Karam delivered when it mattered the most in Indy 500 Qualifications

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INDIANAPOLIS – Sage Karam was in a difficult position that he never expected to be in. He was in the “Last Row Shootout” for the 103rd Indianapolis 500 – one of six drivers fighting for the final three positions in the 33-car starting lineup.

Only once in his previous five Indy 500s had Karam started in the last row, and that was when he was a rookie in 2014. In that race, Karam started 31st but raced his way up to a ninth-place finish.

Now, Karam was facing the pressure of pulling off his best four-lap qualification attempt of the month to make the field. Driving for Dreyer & Reinbold Racing, one of the best “Indy 500-only” teams in Gasoline Alley, Karam’s #24 Chevrolet had issues during Saturday’s first round of qualifications.

On a hot, slippery track, the car didn’t perform well enough to make the top 30 that would be locked into the starting lineup. He made five attempts on Saturday and none of them were fast enough.

“I don’t know what’s wrong, I was flat for four laps,” Karam told a group of reporters Saturday. “It just won’t go quicker. It’s just slow; we don’t really know. It’s not that much different from our teammate (JR Hildebrand), who just got it in the show. I don’t know.

“It’s not looking good for us right now.”

Karam knew he had to deliver on Sunday, and he reached back to his days as a champion high school wrestler in Nazareth, Pennsylvania.

Wrestling is the ultimate “martial art.” It is as much mental as it is physical. It’s wrestler vs. wrestler under tremendous strain, and often pain, but it requires being calm and cool enough to know when to make the right move.

INDYCAR Photo by James Black“I had a wrestling coach once tell me it doesn’t matter who you are wrestling that day, don’t look at the seeds, don’t look at the records, don’t look at the brackets — the better wrestler who wrestles the best six minutes that day is going to be the guy who wins,” Karam told NBCSports.com. We didn’t do that Saturday. We didn’t wrestle that car; we didn’t wrestle that track the way we needed to.

“Let’s just keep it up and get it done on Sunday.”

Karam thought about that as he sat in the inspection line. And he delivered like a champion with the fastest four-lap average in the “Last Row Shootout.” His average speed of 227.740 miles per hour put him in the 31st starting position for Sunday’s race.

After looking into the abyss, he came out the other side. He will look back at this experience as one of his most important moments as a man.

“Absolutely,” the 24-year-old said. “This is one of the most emotional moments I’ve ever had in my life. I’ve worked so hard this month just to be able to talk to you in a happy way. It’s been a roller-coaster month. We’ve had a lot of issues and things we couldn’t control – weather related and other issues.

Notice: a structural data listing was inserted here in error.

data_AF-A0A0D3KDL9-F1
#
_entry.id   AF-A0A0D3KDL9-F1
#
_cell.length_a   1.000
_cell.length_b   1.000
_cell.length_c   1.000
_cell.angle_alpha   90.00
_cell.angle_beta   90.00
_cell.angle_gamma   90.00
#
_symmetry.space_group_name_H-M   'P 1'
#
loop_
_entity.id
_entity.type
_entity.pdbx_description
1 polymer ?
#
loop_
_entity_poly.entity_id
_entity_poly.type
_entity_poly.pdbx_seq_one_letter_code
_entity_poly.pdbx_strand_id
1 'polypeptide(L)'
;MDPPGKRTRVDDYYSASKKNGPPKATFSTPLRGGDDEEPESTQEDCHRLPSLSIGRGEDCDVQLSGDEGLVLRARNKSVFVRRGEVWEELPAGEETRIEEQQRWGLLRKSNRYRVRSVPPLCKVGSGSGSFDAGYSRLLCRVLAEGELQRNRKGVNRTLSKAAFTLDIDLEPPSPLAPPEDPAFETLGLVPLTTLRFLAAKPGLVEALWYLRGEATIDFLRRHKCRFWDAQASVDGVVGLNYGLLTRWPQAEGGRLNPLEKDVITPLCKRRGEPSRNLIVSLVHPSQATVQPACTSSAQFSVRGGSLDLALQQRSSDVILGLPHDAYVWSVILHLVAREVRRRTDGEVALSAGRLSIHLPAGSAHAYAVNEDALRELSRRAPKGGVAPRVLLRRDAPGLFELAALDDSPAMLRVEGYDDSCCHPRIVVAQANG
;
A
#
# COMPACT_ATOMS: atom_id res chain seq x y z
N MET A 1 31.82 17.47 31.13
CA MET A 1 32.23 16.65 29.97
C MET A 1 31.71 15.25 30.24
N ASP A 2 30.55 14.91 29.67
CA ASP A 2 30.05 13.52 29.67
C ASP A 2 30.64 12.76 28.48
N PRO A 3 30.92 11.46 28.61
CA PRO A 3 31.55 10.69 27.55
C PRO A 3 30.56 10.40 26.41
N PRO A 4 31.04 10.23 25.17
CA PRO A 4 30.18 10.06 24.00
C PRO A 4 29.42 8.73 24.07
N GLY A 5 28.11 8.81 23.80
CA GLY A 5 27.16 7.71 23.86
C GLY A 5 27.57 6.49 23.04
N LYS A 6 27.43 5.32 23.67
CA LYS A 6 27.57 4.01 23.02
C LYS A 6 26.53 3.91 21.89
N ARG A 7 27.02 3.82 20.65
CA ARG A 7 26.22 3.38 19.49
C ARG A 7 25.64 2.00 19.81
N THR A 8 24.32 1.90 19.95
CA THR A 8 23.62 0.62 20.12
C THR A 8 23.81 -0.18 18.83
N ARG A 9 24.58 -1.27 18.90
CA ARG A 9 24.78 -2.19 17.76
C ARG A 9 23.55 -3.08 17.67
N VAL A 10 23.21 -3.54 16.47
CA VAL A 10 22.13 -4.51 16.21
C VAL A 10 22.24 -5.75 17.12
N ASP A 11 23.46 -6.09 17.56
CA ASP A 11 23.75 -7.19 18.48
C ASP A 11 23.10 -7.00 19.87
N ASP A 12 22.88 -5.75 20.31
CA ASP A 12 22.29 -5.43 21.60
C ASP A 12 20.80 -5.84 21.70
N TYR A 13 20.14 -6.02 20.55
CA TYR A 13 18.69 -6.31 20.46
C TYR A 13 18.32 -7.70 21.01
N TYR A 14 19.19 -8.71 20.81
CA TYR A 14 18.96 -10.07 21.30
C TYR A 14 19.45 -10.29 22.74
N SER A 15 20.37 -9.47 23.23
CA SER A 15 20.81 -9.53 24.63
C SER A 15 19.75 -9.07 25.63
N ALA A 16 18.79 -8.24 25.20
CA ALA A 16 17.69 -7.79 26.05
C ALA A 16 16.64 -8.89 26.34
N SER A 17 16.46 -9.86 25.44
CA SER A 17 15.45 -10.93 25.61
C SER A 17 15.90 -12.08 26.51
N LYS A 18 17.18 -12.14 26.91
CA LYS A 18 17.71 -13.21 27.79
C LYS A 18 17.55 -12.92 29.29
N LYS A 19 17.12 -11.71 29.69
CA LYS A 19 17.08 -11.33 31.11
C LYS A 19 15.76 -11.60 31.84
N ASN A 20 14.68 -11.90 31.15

“I told my team owner, Dennis Reinbold, I wouldn’t let him down. I can’t believe it. I feel like I’ve won the thing and I’ve only qualified for it. That’s what Indy is. Just to race in this race, you are one of only 33 humans that get to take the green flag in this race, and I don’t take it for granted.

“On the first day, we had buffeting issues with the helmet and the car balance wasn’t good. I had a shoulder issue. Just to come back after Saturday, I’m so happy.

“The fans had a crazy roller-coaster ride in this qualifying. Last year’s was good; this year’s, even better. IndyCar is on the right path and I will remember this moment the rest of my life. I will never take this for granted.”

INDYCAR Photo by James BlackKaram later detailed the sharpest valley and highest rise of that roller-coaster ride.

“I always knew that speed was there, it was just getting it out of it,” Karam explained. “I had a really bad first qual attempt Saturday and skimmed the wall, and I got out and the first thing I said was, ‘We’re fine, we’re fine.’ I genuinely believe that a run like I did just now was going to be like yesterday, I would have been able to bounce back and do that yesterday. But we just kept slightly missing the balance for the weather and ended up having to come back today to fight into the field.

“That was the most stressful 48 hours of my life, probably one of the biggest battles I’ve ever had to go through mentally.”

Karam’s teammate, JR Hildebrand, was able to qualify 21st on Saturday with a four-lap average of 227.908 mph.

INDYCAR Photo by James Black“My teammate did it, and our cars were pretty similar,” Karam said. “We had a really good car for two laps, but we didn’t really have a good car for four, so today we bettered that drop-off, and that was the difference. If we would have fell off even more, who knows then what would have happened.